LIV Golf

If you follow professional golf, you’ll already know a lot about the schism in the sport. The ‘rebel’ LIV Tour has poached some of the world’s top golfers, and the PGA and some fellow professionals aren’t happy about it. The LIV Tour has started off in a relatively low-key fashion. Would a casual golf fan be able to tell you the winner of the inaugural LIV tournament in London? It was Charl Schwartzel, if you were wondering. Fellow South African Branden Grace leads the tour in earnings.

But the interesting aspect of LIV Golf is not where it is now, but where it is going. We saw recently that Cameron Smith refused to rule out playing with the rebels. Auspiciously, Smith made the announcement after winning The Open at “the home of golf”, St Andrews. That would have given the traditionalists pause for thought.

More of the top players joining

And yet, we wonder if LIV Golf will reach a tipping point. That is to say, if it will reach a point where more of the world’s best players are considered rebels than loyal to the PGA and other tours. There is evidence, of course, that LIV Golf is quickly gaining traction. At the inaugural tournament, four of the world’s top 25 golfers played, and just eight in the top 100 overall. At the third tournament at Trump Bedminster in New Jersey, the field features ten players from the top 50, and 21 of the top 100. That’s over 20% of the world’s top golfers.

Still, there is a long way to go. If you look at the US Open golf odds for 2023, almost all of the betting market leaders are, as it stands, PGA loyalists. Cameron Smith is the only player in the top 14 players in the betting markets for that event who has expressed a vocal interest in joining LIV. Many of the rest, including Rory McIlroy, have been openly critical of LIV.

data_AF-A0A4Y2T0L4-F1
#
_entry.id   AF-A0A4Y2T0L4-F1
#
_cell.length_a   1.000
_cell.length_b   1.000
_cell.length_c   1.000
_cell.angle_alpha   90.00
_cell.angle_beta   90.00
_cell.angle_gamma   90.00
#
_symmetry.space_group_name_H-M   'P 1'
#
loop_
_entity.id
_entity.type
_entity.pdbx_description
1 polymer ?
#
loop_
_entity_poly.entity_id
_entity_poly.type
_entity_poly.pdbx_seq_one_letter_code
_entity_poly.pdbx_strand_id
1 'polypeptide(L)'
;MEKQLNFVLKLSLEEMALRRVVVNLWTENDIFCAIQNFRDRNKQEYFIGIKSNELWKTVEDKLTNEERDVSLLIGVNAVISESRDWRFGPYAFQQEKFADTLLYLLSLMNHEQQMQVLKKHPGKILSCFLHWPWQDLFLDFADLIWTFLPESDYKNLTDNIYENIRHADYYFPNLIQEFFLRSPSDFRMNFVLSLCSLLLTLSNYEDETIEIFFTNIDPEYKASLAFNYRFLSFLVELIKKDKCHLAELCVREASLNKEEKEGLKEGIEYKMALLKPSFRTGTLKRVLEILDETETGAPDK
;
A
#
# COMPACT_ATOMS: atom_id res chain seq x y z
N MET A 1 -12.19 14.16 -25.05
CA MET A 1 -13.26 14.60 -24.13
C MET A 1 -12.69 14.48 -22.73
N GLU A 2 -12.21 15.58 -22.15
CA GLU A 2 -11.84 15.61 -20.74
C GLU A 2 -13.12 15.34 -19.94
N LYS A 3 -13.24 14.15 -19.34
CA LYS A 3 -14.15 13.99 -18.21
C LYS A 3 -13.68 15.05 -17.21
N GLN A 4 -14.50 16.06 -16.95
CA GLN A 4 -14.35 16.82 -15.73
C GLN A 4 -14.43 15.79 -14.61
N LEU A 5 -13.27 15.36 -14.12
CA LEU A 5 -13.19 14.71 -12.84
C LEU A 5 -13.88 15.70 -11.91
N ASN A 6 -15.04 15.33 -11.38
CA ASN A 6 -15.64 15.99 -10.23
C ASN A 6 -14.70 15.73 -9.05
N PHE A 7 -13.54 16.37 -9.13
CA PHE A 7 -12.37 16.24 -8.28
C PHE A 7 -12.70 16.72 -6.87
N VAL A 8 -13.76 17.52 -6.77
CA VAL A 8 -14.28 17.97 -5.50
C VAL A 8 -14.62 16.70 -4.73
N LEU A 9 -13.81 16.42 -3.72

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As we know, money talks. And while some players have resisted the temptation of joining LIV so far, it won’t be that way forever. The more exposure LIV gets, the more mainstream it becomes. And if the likes of Dustin Johnson can play LIV one week, and return for a Major the next, other players will ask, why not me?

LIV looking at other types of talent

Perhaps what has been overlooked by the sports media of late is the fact that LIV is trying to attract other types of talent, not just golfers. For instance, the tour is currently hunting the services of Charles Barkley, the popular NBA broadcaster. LIV has also recently acquired the services of David Feherty, the face of NBC’s golf broadcasts. It’s clear LIV is going for the full package. There are questions about television viewership. We have seen reports of how the numbers have “tanked” in the first few tournaments. But the backers of the tour will be patient, and they have the money to back up that sentiment.

But this is a marathon, not a sprint. And LIV is just a couple of months old. It might take years for it to challenge golf’s incumbent organizations, but the tipping point will come if it continues on this trajectory. The question is not whether LIV will challenge the PGA and other tours, but whether the sense of acrimony will remain. We just don’t have an answer for that yet.


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